It Seems Like Joe Biden Has Devised a Plan*


*Editor’s note: On March 4, Russia enacted a law that criminalizes public opposition to, or independent news reporting about, the war in Ukraine. The law makes it a crime to call the war a “war” rather than a “special military operation” on social media or in a news article or broadcast. The law is understood to penalize any language that “discredits” Russia’s use of its military in Ukraine, calls for sanctions or protests Russia’s invasion of Ukraine. It punishes anyone found to spread “false information” about the invasion with up to 15 years in prison.

Dmitry Drize — on the prospect of Russia and Ukraine reviving peace talks.

Aug. 1 is the date of the first shipment of Ukrainian grain as part of the purported export agreement. Presumably, 16 ships will depart from the port of Odesa, bound for Somalia through Turkey. However, it’s not entirely clear precisely when the convoy will depart and what its final destination will be. Ankara, meanwhile, does not rule out the possibility that this grain deal could become a prelude to the revival of the negotiation process between Russia and Ukraine. Kommersant’s political columnist, Dmitry Drize, thinks that the U.S. has devised some kind of diplomatic action plan moving forward.

İbrahim Kalın, the official spokesman for Turkey’s president, stated that the success of this export agreement could well facilitate the beginning of further peace talks in settling the Ukrainian crisis. This question will be raised during the upcoming meeting between Vladimir Putin and Recep Tayyip Erdogan on Aug. 5 in Sochi. However, according to Mr. Kalın, the grain agreement should first be protected.

That means that it should be fulfilled in its entirety. If only one cargo ship or even a whole convoy passes through, it will still not be enough; the planned channel of export should remain stable and operational. No one can possibly guarantee this right now. Hence, the statement that this deal will become a prelude to some new, larger peace talks seems somewhat premature. Erdogan’s wish is understandable: He wants to gain the glory of a peacemaker and earn himself some political dividends, but it’s not that easy.

However, the revival of peace talks is being actively discussed right now, also within the context of grain: How should one transport it under fire? Meanwhile, Moscow claims that it’s not against the revival of peace talks, but Kyiv and the collective West behind it refuse to behave in a constructive way. Besides, the whole story about supplying Bayraktar Turkish combat drones to Russia and manufacturing them locally has been officially debunked; apparently, it was just a joke. Indeed, what a joke.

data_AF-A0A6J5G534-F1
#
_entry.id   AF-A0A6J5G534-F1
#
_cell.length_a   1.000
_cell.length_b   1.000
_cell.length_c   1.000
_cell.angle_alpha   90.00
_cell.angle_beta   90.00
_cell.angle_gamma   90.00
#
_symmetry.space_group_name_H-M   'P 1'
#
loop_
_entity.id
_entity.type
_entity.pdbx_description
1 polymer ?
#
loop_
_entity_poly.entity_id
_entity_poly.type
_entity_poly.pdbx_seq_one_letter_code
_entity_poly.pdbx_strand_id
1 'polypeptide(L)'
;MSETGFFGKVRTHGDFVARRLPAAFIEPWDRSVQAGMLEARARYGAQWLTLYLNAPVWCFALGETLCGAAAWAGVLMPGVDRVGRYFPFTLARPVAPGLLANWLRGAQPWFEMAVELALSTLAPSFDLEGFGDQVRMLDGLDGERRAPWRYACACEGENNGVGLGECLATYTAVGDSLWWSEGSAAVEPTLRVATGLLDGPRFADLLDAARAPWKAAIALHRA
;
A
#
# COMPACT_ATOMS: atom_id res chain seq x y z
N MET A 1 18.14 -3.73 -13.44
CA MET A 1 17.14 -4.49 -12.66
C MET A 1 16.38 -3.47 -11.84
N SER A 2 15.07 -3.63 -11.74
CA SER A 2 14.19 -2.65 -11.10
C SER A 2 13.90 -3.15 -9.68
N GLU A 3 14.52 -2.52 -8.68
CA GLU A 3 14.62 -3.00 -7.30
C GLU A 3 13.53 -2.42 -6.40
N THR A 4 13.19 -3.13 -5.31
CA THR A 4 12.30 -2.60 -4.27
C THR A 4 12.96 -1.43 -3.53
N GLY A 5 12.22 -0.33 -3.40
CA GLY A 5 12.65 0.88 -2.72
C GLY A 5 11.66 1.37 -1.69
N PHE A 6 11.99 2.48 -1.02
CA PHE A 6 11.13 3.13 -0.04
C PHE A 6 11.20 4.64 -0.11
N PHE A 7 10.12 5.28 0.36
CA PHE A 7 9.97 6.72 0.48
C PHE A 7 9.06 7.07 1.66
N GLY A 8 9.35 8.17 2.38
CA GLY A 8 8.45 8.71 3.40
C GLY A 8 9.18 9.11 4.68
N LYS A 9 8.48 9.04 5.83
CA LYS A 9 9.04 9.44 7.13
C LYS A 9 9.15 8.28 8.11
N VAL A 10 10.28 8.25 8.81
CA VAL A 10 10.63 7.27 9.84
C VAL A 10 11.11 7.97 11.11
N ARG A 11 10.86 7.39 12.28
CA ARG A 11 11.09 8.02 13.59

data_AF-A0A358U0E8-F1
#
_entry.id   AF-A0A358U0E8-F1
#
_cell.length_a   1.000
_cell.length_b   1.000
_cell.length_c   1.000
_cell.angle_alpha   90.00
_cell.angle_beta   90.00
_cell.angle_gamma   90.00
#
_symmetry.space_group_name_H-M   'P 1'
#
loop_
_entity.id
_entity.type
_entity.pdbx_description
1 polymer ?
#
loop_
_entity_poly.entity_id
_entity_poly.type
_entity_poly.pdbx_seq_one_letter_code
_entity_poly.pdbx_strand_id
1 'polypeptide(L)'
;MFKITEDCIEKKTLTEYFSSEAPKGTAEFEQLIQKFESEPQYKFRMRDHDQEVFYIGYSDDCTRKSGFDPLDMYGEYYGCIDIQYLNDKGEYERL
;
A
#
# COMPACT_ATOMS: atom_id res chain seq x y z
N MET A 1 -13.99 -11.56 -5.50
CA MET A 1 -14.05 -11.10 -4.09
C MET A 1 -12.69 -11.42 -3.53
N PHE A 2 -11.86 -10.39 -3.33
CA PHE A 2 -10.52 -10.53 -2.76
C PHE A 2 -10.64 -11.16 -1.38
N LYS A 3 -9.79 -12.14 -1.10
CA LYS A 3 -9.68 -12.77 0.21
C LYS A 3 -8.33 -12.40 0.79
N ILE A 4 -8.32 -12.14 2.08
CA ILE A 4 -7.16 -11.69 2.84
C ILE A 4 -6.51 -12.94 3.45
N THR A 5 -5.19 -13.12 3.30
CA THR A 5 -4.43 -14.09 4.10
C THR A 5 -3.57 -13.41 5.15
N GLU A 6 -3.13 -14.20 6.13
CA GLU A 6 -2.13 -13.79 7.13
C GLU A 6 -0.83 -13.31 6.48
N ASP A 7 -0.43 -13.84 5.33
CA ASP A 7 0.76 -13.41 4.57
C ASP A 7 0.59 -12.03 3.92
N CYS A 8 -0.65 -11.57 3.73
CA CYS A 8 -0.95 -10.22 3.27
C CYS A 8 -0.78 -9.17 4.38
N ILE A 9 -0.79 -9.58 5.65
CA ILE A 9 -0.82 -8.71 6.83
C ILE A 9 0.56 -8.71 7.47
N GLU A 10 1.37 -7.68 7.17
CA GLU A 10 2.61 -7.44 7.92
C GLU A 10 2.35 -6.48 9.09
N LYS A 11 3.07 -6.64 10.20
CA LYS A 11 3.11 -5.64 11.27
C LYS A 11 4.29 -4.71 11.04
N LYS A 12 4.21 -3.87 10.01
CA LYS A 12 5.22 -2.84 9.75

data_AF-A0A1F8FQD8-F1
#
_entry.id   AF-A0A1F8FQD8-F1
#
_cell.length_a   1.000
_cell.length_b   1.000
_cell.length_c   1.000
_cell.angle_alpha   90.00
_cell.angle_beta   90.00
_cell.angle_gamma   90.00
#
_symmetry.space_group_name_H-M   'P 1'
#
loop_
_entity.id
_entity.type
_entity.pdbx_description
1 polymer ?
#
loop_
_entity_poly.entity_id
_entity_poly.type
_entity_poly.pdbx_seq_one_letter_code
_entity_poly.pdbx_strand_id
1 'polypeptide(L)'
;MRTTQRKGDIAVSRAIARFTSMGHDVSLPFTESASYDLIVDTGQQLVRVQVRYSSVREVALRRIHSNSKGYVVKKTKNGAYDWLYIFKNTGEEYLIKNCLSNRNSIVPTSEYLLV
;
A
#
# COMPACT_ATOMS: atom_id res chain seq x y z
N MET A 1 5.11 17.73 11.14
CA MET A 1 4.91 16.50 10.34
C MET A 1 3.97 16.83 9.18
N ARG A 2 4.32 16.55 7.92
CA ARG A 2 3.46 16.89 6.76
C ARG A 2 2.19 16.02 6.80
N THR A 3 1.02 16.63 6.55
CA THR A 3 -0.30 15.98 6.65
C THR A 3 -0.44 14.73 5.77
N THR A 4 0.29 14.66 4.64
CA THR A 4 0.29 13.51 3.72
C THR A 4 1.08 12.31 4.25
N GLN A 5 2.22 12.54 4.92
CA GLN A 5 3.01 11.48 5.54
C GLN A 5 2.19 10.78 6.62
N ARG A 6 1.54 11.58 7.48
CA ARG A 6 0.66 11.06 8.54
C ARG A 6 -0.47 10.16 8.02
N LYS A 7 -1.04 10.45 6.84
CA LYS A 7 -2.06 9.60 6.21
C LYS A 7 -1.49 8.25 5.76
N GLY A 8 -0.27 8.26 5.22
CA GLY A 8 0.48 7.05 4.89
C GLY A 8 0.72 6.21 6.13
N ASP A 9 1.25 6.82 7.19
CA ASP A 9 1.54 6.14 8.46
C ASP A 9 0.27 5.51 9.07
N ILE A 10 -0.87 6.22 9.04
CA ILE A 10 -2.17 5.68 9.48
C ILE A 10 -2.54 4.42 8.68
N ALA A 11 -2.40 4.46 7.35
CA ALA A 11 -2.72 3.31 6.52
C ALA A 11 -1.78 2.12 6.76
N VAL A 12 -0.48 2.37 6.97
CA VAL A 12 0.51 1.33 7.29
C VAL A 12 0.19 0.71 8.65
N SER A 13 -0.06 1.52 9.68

At the same time, for the first time in a long while, a phone conversation took place between Sergey Lavrov, the foreign minister of Russia, and Antony Blinken, the U.S. secretary of state. The official reason for this phone talk seemed a bit strange under the current circumstances: Washington wanted to exchange its arrested and convicted citizens for Viktor Bout, who is serving his sentence for arms trafficking. As a result, they made a public request for a phone call. It’s easy to imagine that Moscow didn’t expect such a turn of events. The Kremlin even noted that exchanging citizens is not a public matter, and there’s no reason to make such things public.

In the end, Lavrov and Blinken discussed not only the prisoner swap, but also the aforementioned grain agreement, Ukraine and even the bilateral relationship between the U.S. and Russia. Hence, we can venture to say that direct contacts between the U.S. and Russia were restored, which is an achievement in itself. But it’s too early to talk about any serious developments just yet; moreover, the situation as a whole could deteriorate even further. But the West, in fact, acknowledges that such contacts are possible, and they’re already underway; the only thing left to settle is what we should discuss and in what manner.

Returning to Mr. Erdogan, we can argue that his visit will probably not have any serious impact. However, it’s a sign of obvious political revitalization. It seems that Joe Biden and his administration devised some kind of plan, and now they’re beginning to implement it. The U.S. president has visited the Middle East and has talked to the Chinese leader. And now Blinken has had a talk with Lavrov. In addition, Turkey is sending certain political signals. In any case, one of the main goals of today is to protect the grain agreement. If it endures, we’ll be a bit more optimistic.

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About Artem Belov 49 Articles
Artem Belov is a TESOL-certified English teacher and a freelance translator (Russian>English and English>Russian), currently residing in Russia. He is working on a number of projects, including game localization. You can reach him at belov.g.artem@gmail.com

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